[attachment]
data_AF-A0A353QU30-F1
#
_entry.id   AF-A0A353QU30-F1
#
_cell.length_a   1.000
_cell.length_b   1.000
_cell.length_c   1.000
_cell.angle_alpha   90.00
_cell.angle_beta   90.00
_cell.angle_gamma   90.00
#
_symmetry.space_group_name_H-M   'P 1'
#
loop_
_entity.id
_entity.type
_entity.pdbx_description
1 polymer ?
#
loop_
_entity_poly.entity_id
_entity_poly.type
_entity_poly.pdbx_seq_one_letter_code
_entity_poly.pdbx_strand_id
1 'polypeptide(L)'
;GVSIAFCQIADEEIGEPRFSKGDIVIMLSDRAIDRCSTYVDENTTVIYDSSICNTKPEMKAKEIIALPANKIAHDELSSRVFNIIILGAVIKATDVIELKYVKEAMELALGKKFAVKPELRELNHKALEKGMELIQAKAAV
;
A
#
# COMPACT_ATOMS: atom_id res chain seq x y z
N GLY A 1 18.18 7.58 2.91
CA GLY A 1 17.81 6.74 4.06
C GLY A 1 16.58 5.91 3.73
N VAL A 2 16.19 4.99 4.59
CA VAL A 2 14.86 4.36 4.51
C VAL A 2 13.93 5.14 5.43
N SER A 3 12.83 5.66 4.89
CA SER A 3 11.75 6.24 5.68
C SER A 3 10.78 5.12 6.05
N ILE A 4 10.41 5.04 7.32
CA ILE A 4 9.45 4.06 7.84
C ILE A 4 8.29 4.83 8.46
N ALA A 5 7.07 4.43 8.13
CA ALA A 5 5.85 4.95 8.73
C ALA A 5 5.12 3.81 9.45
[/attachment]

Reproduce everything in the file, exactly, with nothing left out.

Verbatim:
data_AF-A0A353QU30-F1
#
_entry.id   AF-A0A353QU30-F1
#
_cell.length_a   1.000
_cell.length_b   1.000
_cell.length_c   1.000
_cell.angle_alpha   90.00
_cell.angle_beta   90.00
_cell.angle_gamma   90.00
#
_symmetry.space_group_name_H-M   'P 1'
#
loop_
_entity.id
_entity.type
_entity.pdbx_description
1 polymer ?
#
loop_
_entity_poly.entity_id
_entity_poly.type
_entity_poly.pdbx_seq_one_letter_code
_entity_poly.pdbx_strand_id
1 'polypeptide(L)'
;GVSIAFCQIADEEIGEPRFSKGDIVIMLSDRAIDRCSTYVDENTTVIYDSSICNTKPEMKAKEIIALPANKIAHDELSSRVFNIIILGAVIKATDVIELKYVKEAMELALGKKFAVKPELRELNHKALEKGMELIQAKAAV
;
A
#
# COMPACT_ATOMS: atom_id res chain seq x y z
N GLY A 1 18.18 7.58 2.91
CA GLY A 1 17.81 6.74 4.06
C GLY A 1 16.58 5.91 3.73
N VAL A 2 16.19 4.99 4.59
CA VAL A 2 14.86 4.36 4.51
C VAL A 2 13.93 5.14 5.43
N SER A 3 12.83 5.66 4.89
CA SER A 3 11.75 6.24 5.68
C SER A 3 10.78 5.12 6.05
N ILE A 4 10.41 5.04 7.32
CA ILE A 4 9.45 4.06 7.84
C ILE A 4 8.29 4.83 8.46
N ALA A 5 7.07 4.43 8.13
CA ALA A 5 5.85 4.95 8.73
C ALA A 5 5.12 3.81 9.45